Formosan Termites :

Posted: May 9, 2016 at 6:18 pm

Claim: E-mail warns that buying mulch from major home improvement stores will spread the Formosan subterranean termite.

Status: False.

Example: [Collected via e-mail, 2006]

If you use mulch around your house be very careful about buying mulch this year. After the hurricane in New Orleans many trees were blown over. These trees were then turned into mulch and the state is trying to get rid of tons and tons of this mulch to any state or company who will come and haul it away. So it will be showing up in Home Depot and Lowes at dirt cheap prices with one huge problem; Formosan Termites will be the bonus in many of those bags. New Orleans is one of the few areas in the country were the Formosan Termites has gotten a strong hold and most of the trees blown down were already badly infested with those termites. Now we may have the worst case of transporting a problem to all parts of the country that we have ever had. These termites can eat a house in no time at all and we have no good control against them, so tell your friends that own homes to avoid cheap mulch and know were it came from.

One such accidental transplantation occurred around the time of World War II, when the Formosan subterranean termite was introduced into the United States by ships that carried the species from China to U.S. coastal towns. This species of termite has since established itself throughout the southern United States (including Hawaii and southern California), where it poses a threat to trees and the timber industry, as well as just about anything utility poles, homes, buildings, ships constructed wholly or partially from

Back in October 2005, Louisiana State University's (LSU) Agricultural Center (AgCenter) issued a warning about the potential spread of Formosan subterranean termites into new areas from southern Lousiana through the re-use of wooden building materials taken from homes damaged by Hurricane Katrina and installed in new structures elsewhere. As the LSU AgCenter notes, termites can be spread through the movement of many different kinds of wood products, including mulch:

This termite hitches a ride to new areas in infested cellulose. At the time of this writing, the number one method of spreading the Formosan subterranean termite is infested railroad ties. The second most important method of spreading the Formosan subterranean termite is infested utility poles. Other methods of spreading the termite include: wood from structures, lumber, pallets, landscape timbers, wood used in the oil industry, firewood, trees, woody plants, sawdust, mulch, wood in boats, potted plants, mobile homes, homes and paper.

All woody debris in the quarantined areas is going to an approved landfill within the designated quarantine area. There are a multitude of government (state and federal) agencies that are looking at this debris every day as it is deposited into these landfills. The contractors mulching and hauling the debris know the regulations and are abiding by them according to the quarantine requirements. If there is anyone with knowledge of debris moving out of a quarantine area, they should contact our 24-hour hotline at 225-925-3763.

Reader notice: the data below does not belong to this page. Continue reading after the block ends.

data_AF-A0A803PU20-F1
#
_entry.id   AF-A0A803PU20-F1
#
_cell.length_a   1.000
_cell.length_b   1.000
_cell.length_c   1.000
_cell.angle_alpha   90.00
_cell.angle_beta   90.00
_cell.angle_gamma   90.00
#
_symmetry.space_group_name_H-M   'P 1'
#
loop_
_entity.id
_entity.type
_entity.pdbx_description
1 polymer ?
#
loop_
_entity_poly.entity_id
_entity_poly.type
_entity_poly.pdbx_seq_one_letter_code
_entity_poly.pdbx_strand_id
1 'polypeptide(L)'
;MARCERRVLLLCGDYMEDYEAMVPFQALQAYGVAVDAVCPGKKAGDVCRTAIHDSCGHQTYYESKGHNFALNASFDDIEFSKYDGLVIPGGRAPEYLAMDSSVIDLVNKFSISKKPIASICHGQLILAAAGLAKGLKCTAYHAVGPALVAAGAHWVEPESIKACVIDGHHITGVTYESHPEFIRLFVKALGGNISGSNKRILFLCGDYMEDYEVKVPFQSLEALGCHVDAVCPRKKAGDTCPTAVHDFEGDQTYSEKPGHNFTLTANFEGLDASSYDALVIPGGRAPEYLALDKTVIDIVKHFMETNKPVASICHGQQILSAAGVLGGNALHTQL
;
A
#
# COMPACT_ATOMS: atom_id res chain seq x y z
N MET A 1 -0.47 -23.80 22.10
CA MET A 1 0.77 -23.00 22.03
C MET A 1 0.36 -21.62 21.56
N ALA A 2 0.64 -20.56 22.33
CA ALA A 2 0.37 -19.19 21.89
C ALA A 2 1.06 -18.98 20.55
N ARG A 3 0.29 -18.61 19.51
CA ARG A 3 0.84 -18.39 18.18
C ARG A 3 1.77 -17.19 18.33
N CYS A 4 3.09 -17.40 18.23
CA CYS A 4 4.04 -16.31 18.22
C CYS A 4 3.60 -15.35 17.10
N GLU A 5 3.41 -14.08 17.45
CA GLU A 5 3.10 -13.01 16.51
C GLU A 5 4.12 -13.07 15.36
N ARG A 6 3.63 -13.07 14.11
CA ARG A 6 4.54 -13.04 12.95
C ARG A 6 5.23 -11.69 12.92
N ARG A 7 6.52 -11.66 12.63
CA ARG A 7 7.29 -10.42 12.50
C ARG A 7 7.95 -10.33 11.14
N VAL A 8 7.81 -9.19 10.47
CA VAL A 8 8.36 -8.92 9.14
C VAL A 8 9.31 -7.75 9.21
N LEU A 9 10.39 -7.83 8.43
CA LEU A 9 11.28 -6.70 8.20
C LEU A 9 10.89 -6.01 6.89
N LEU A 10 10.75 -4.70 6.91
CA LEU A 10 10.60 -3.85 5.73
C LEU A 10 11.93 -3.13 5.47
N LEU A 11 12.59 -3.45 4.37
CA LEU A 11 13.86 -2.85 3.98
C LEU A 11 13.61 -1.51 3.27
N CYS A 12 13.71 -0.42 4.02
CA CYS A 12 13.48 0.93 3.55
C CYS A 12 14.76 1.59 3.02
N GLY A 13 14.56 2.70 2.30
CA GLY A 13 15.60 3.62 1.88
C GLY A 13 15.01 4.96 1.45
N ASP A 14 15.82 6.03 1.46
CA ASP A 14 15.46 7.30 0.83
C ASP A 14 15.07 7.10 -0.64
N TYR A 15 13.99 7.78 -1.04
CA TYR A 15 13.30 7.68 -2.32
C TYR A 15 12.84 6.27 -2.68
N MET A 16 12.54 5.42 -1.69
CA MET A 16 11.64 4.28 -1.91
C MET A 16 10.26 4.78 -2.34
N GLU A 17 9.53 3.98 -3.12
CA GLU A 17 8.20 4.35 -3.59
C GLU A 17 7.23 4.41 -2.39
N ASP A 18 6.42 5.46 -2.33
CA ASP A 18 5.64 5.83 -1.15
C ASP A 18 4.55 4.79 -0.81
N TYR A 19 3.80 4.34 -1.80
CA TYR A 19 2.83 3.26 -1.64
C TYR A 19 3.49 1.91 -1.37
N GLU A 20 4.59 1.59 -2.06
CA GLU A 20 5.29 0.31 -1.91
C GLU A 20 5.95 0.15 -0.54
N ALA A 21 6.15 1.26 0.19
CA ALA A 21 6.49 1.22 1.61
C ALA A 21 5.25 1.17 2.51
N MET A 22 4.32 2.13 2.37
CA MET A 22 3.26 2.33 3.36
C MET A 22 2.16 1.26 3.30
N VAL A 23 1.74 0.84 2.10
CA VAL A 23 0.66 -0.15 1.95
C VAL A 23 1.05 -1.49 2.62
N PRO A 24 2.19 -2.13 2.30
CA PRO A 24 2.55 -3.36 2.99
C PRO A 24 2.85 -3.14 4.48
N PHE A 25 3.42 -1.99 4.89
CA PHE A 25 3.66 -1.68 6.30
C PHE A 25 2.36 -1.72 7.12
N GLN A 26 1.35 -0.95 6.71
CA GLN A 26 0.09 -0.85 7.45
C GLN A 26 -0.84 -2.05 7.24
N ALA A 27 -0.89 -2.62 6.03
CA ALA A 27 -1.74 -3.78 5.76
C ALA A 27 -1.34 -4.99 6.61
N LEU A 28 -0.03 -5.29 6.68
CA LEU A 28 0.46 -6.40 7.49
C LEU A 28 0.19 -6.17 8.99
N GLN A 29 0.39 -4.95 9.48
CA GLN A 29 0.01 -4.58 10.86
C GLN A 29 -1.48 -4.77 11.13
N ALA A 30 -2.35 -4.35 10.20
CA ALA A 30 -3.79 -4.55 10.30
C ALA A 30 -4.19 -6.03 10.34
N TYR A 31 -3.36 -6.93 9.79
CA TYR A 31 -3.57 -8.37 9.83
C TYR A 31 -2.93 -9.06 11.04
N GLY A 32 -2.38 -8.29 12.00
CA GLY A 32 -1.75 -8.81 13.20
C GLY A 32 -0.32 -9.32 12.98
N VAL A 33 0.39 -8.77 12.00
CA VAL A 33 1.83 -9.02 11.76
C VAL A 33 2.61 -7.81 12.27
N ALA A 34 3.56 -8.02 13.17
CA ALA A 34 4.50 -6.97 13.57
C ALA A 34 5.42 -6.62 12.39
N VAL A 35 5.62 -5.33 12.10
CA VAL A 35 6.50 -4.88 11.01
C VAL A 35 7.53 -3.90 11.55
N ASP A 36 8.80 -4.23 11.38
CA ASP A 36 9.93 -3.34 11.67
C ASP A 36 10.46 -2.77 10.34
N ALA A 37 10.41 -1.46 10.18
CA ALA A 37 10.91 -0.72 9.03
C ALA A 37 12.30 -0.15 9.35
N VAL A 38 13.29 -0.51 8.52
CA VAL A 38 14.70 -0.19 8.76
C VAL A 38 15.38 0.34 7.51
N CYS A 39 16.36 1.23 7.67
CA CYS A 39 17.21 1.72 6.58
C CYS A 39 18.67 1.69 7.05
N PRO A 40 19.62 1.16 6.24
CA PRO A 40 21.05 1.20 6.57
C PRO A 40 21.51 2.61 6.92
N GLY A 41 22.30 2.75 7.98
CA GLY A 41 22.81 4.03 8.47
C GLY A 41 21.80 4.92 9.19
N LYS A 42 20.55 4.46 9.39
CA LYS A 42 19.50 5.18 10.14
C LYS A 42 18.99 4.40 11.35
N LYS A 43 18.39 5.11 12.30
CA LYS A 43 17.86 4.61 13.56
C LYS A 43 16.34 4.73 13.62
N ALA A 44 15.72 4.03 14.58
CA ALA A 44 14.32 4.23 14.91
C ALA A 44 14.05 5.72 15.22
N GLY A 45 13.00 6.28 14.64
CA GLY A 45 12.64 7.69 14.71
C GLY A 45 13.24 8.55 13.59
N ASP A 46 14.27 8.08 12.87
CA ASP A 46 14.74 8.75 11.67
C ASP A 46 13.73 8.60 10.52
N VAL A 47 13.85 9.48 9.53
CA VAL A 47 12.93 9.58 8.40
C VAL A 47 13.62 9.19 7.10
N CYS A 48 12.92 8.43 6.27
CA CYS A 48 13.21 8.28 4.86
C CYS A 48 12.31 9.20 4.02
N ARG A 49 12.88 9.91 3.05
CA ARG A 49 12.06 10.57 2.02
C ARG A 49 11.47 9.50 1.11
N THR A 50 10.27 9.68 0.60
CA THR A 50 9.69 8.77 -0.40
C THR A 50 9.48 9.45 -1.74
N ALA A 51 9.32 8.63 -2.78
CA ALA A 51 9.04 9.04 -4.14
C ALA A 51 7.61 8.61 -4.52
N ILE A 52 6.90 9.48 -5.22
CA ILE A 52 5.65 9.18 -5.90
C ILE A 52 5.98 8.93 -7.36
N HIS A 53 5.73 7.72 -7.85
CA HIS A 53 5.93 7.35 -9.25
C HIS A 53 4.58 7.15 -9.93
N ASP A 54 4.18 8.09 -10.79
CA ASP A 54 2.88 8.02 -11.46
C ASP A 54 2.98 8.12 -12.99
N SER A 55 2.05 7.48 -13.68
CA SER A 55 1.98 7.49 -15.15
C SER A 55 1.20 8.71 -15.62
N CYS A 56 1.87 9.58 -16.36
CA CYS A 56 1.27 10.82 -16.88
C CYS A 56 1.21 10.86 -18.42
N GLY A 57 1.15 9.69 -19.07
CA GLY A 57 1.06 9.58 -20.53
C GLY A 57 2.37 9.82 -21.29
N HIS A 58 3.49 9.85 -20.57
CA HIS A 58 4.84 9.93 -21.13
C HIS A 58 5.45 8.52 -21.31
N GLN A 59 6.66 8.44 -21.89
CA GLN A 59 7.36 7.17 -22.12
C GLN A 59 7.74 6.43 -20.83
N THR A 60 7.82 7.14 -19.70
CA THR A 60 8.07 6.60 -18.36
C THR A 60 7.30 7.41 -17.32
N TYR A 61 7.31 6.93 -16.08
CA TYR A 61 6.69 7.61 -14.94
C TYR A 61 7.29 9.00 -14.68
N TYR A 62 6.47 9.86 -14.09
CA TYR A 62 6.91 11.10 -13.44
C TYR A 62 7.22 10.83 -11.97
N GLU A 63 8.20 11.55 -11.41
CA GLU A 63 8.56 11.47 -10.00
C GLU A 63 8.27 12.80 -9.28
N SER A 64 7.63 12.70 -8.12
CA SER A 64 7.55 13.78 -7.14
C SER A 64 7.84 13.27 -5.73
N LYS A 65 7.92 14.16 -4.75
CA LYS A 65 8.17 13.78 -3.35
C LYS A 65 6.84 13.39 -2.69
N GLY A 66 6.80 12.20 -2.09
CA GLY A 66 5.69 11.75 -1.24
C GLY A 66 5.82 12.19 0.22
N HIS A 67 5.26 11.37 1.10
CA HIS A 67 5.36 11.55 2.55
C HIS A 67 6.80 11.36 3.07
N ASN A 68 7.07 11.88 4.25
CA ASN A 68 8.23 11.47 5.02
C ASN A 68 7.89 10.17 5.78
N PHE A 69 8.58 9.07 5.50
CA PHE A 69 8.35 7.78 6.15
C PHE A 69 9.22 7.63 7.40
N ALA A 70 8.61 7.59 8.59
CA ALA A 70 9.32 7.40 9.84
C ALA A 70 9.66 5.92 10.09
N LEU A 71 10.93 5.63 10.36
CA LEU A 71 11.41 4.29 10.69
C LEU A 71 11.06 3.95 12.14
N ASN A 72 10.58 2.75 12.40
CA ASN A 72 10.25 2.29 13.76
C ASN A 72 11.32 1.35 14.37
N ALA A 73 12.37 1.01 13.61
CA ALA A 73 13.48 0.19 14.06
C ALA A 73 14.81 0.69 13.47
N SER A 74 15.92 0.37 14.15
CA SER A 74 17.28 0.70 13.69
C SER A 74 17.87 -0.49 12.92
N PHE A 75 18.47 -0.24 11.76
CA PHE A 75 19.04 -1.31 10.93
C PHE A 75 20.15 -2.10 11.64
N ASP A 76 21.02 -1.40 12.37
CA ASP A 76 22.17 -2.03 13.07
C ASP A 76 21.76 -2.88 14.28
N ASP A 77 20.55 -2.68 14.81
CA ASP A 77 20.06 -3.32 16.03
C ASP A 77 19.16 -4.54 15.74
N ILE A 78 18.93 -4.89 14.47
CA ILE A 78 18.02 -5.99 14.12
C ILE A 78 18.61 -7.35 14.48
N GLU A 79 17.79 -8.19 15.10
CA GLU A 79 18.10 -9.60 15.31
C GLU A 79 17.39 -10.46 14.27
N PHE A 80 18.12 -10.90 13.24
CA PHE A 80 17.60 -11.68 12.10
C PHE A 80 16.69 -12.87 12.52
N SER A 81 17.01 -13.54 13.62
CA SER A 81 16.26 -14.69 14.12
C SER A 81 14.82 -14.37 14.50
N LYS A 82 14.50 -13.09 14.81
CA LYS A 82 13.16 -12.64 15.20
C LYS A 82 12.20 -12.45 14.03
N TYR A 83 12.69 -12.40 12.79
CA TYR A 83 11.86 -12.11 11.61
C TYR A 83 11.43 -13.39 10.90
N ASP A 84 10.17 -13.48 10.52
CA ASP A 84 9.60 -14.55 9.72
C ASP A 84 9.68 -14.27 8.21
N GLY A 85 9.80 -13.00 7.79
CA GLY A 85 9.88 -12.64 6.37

Provisions of the quarantine imposed by the LDAF include:

Whatever the actual risk of termites turning up in mulch might be, however, the fact remains (and is the key to the "False" rating here) that contrary to the warning expressed above major home improvement chains such as Home Depot and Lowes are just about the safest outlets from which to buy mulch. Major retailers are generally much more aware and observent of quarantines, and they typically sell mulch in packages that identify their point of origin. Additionally, a representative of the Home Depot chain of home improvement stores informed us that they don't sell mulch from suppliers in the New Orleans area:

The Home Depot does not use any mulch suppliers from the New Orleans area. We have very strict policies and procedures in place to ensure the integrity of the mulch products sold in our stores. In fact, all our mulch suppliers are required to be certified by the Mulch and Soil Council (MSC), who created the industry standards and criteria for mulch and soil certification and inspection. You can find the MSC certification on the back of every bag.

For those homeowners who find themselves dealing with termite infestations (whatever the cause), there are are number of good sites on the web that provide information about termite control methods, some of which are linked in the "Additional information" section below.

Additional information:

Formosan Termites :

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